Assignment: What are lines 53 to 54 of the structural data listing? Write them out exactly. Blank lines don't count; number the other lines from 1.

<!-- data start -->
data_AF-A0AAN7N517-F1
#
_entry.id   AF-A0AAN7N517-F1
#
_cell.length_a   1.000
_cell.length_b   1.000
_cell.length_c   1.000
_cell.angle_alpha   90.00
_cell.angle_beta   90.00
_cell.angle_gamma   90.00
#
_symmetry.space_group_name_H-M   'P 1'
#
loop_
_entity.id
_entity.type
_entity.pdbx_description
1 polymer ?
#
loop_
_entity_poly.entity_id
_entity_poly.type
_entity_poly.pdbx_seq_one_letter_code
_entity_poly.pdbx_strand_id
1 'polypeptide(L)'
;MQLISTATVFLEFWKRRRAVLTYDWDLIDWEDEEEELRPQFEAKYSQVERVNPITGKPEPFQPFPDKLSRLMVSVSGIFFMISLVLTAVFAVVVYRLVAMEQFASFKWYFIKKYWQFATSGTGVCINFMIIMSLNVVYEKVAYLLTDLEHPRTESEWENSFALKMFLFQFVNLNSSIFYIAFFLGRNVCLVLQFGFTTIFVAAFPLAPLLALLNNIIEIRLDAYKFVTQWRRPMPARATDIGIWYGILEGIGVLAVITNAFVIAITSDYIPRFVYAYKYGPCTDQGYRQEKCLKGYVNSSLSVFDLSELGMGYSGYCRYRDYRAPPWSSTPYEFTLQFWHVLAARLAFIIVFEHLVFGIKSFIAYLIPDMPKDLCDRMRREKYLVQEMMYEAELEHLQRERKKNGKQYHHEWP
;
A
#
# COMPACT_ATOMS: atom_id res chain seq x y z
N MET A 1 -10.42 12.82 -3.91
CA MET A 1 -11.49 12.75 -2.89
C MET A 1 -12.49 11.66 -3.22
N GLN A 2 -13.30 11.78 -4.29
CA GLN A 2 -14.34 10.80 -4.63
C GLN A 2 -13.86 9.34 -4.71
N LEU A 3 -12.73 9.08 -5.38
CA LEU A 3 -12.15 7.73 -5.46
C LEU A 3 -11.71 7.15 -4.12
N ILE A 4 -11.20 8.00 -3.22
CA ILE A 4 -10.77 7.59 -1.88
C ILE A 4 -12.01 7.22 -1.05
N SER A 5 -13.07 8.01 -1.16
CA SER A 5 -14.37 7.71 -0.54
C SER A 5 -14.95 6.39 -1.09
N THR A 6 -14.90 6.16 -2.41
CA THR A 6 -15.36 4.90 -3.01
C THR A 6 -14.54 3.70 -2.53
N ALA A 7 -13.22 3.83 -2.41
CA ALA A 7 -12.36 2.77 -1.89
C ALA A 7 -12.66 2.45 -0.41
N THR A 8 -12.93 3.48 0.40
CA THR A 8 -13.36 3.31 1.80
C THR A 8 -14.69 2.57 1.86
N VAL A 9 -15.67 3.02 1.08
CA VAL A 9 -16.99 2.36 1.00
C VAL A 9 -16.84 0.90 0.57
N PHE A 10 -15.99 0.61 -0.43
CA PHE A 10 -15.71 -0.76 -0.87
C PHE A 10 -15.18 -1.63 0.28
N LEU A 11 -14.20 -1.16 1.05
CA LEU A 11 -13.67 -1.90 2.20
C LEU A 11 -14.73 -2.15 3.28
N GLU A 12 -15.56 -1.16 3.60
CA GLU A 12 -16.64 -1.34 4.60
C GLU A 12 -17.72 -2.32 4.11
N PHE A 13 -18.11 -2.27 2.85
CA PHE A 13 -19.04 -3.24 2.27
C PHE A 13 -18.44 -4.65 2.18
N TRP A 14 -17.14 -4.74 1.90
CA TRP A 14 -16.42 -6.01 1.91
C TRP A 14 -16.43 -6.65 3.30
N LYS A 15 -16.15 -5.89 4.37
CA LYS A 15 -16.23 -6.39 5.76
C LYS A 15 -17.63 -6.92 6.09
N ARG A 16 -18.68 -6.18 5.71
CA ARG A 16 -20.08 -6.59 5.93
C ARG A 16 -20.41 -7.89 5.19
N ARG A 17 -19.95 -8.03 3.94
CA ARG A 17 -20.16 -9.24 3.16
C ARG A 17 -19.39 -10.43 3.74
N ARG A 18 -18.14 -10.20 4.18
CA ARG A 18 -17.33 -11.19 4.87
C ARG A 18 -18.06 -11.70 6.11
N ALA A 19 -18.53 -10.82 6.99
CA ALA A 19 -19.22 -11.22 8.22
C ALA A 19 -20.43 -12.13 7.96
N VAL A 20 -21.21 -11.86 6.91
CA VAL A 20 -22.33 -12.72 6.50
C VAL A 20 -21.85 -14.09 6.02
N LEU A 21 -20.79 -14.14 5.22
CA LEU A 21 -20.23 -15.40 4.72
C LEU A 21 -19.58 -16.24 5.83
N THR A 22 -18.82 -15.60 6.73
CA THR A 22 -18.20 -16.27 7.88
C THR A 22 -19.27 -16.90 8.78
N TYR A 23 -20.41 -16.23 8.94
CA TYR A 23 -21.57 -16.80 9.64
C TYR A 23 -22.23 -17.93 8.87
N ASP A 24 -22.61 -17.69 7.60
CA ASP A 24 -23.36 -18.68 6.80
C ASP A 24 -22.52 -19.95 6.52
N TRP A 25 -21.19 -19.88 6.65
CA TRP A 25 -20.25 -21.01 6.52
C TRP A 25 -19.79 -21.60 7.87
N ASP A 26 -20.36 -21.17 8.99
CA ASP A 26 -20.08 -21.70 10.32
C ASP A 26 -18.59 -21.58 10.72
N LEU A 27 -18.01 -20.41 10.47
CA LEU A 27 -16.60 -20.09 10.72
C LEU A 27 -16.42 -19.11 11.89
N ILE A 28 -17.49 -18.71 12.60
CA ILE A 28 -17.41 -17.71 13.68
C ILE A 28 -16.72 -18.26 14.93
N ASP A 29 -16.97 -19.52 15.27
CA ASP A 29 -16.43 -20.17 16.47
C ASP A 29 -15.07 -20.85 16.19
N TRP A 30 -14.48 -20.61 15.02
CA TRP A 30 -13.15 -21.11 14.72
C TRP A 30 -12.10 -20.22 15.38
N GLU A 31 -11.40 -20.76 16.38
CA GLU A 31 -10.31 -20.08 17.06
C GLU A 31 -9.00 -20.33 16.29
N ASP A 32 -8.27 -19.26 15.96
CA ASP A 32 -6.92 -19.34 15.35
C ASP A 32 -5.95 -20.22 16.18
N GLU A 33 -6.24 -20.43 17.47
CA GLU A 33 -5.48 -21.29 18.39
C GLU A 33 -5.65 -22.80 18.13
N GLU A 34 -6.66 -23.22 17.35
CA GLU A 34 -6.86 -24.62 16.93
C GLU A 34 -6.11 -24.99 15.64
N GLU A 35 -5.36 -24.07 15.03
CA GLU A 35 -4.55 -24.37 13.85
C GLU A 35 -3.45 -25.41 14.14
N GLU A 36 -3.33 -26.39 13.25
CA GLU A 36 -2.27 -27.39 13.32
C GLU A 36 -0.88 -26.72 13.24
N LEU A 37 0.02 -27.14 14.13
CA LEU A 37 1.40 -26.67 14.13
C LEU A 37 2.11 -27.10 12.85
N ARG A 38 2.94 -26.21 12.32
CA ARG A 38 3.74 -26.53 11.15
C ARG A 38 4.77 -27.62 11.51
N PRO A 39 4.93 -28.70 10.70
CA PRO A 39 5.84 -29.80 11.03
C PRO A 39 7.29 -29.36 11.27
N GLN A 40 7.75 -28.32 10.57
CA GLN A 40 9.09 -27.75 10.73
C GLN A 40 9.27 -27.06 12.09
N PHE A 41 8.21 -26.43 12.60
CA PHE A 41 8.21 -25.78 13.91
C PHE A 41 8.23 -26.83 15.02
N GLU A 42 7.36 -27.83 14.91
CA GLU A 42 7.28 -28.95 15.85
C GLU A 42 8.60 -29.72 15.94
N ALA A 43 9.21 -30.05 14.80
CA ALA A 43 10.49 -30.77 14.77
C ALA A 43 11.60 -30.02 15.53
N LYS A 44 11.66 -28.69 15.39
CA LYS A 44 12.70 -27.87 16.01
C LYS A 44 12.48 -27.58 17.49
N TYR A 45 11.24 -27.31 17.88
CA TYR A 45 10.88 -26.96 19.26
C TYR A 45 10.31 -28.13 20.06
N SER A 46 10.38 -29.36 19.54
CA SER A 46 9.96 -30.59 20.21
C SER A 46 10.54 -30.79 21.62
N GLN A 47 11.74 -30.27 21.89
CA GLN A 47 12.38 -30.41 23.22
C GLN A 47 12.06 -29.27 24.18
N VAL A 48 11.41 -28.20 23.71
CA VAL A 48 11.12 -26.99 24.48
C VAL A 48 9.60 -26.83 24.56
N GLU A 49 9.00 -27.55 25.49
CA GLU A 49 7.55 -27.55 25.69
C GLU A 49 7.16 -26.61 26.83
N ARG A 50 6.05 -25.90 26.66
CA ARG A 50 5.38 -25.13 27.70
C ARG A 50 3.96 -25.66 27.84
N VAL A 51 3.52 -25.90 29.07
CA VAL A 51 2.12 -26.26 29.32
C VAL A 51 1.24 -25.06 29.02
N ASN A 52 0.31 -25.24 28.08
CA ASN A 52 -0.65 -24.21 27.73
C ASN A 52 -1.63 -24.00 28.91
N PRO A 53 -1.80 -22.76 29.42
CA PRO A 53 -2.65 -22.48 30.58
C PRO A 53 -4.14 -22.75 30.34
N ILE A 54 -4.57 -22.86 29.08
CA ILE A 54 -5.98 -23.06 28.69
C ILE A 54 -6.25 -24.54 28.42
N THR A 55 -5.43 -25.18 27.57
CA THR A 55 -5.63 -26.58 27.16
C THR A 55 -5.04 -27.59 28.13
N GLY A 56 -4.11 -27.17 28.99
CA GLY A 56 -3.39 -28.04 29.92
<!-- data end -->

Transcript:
CA THR A 8 -13.36 3.31 1.80
C THR A 8 -14.69 2.57 1.86